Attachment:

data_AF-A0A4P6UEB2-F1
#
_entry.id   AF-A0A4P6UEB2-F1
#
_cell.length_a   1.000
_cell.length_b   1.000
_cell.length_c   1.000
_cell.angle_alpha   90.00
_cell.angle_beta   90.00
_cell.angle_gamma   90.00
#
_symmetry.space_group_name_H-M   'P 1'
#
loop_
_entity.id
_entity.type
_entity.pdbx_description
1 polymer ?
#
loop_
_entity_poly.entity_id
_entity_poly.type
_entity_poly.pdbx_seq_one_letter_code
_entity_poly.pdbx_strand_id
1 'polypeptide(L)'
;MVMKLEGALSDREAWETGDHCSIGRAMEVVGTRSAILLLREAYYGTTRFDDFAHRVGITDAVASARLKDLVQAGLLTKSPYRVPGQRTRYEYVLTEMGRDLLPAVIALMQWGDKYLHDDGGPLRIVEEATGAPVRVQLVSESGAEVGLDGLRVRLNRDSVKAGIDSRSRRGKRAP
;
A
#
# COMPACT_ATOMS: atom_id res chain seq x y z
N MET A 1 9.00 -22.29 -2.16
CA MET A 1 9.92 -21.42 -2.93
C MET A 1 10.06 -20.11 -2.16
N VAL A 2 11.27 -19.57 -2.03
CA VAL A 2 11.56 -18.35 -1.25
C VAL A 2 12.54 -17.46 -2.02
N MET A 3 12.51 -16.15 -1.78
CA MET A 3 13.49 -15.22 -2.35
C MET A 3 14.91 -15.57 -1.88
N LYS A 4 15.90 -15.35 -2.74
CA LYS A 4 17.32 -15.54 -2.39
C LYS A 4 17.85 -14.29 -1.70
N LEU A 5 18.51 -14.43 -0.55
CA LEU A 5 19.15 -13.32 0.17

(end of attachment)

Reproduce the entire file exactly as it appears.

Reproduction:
data_AF-A0A4P6UEB2-F1
#
_entry.id   AF-A0A4P6UEB2-F1
#
_cell.length_a   1.000
_cell.length_b   1.000
_cell.length_c   1.000
_cell.angle_alpha   90.00
_cell.angle_beta   90.00
_cell.angle_gamma   90.00
#
_symmetry.space_group_name_H-M   'P 1'
#
loop_
_entity.id
_entity.type
_entity.pdbx_description
1 polymer ?
#
loop_
_entity_poly.entity_id
_entity_poly.type
_entity_poly.pdbx_seq_one_letter_code
_entity_poly.pdbx_strand_id
1 'polypeptide(L)'
;MVMKLEGALSDREAWETGDHCSIGRAMEVVGTRSAILLLREAYYGTTRFDDFAHRVGITDAVASARLKDLVQAGLLTKSPYRVPGQRTRYEYVLTEMGRDLLPAVIALMQWGDKYLHDDGGPLRIVEEATGAPVRVQLVSESGAEVGLDGLRVRLNRDSVKAGIDSRSRRGKRAP
;
A
#
# COMPACT_ATOMS: atom_id res chain seq x y z
N MET A 1 9.00 -22.29 -2.16
CA MET A 1 9.92 -21.42 -2.93
C MET A 1 10.06 -20.11 -2.16
N VAL A 2 11.27 -19.57 -2.03
CA VAL A 2 11.56 -18.35 -1.25
C VAL A 2 12.54 -17.46 -2.02
N MET A 3 12.51 -16.15 -1.78
CA MET A 3 13.49 -15.22 -2.35
C MET A 3 14.91 -15.57 -1.88
N LYS A 4 15.90 -15.35 -2.74
CA LYS A 4 17.32 -15.54 -2.39
C LYS A 4 17.85 -14.29 -1.70
N LEU A 5 18.51 -14.43 -0.55
CA LEU A 5 19.15 -13.32 0.17